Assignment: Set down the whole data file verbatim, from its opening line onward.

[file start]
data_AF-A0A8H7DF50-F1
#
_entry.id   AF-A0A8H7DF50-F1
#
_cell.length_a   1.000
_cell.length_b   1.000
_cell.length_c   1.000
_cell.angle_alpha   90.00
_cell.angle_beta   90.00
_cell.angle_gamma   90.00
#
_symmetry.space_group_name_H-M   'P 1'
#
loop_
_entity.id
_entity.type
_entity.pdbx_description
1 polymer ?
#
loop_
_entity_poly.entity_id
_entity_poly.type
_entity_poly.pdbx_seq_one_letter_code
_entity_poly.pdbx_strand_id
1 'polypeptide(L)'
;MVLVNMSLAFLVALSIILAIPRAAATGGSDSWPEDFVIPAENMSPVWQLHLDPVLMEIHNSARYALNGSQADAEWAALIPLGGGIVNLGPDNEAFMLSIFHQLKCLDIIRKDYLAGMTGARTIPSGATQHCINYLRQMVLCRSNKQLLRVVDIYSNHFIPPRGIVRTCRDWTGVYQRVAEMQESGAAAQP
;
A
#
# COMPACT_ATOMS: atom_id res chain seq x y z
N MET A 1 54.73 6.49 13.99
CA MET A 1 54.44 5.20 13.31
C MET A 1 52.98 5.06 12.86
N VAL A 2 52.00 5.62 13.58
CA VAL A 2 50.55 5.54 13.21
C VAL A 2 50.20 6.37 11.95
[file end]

data_AF-A0A8H7DF50-F1
#
_entry.id   AF-A0A8H7DF50-F1
#
_cell.length_a   1.000
_cell.length_b   1.000
_cell.length_c   1.000
_cell.angle_alpha   90.00
_cell.angle_beta   90.00
_cell.angle_gamma   90.00
#
_symmetry.space_group_name_H-M   'P 1'
#
loop_
_entity.id
_entity.type
_entity.pdbx_description
1 polymer ?
#
loop_
_entity_poly.entity_id
_entity_poly.type
_entity_poly.pdbx_seq_one_letter_code
_entity_poly.pdbx_strand_id
1 'polypeptide(L)'
;MVLVNMSLAFLVALSIILAIPRAAATGGSDSWPEDFVIPAENMSPVWQLHLDPVLMEIHNSARYALNGSQADAEWAALIPLGGGIVNLGPDNEAFMLSIFHQLKCLDIIRKDYLAGMTGARTIPSGATQHCINYLRQMVLCRSNKQLLRVVDIYSNHFIPPRGIVRTCRDWTGVYQRVAEMQESGAAAQP
;
A
#
# COMPACT_ATOMS: atom_id res chain seq x y z
N MET A 1 54.73 6.49 13.99
CA MET A 1 54.44 5.20 13.31
C MET A 1 52.98 5.06 12.86
N VAL A 2 52.00 5.62 13.58
CA VAL A 2 50.55 5.54 13.21
C VAL A 2 50.20 6.37 11.95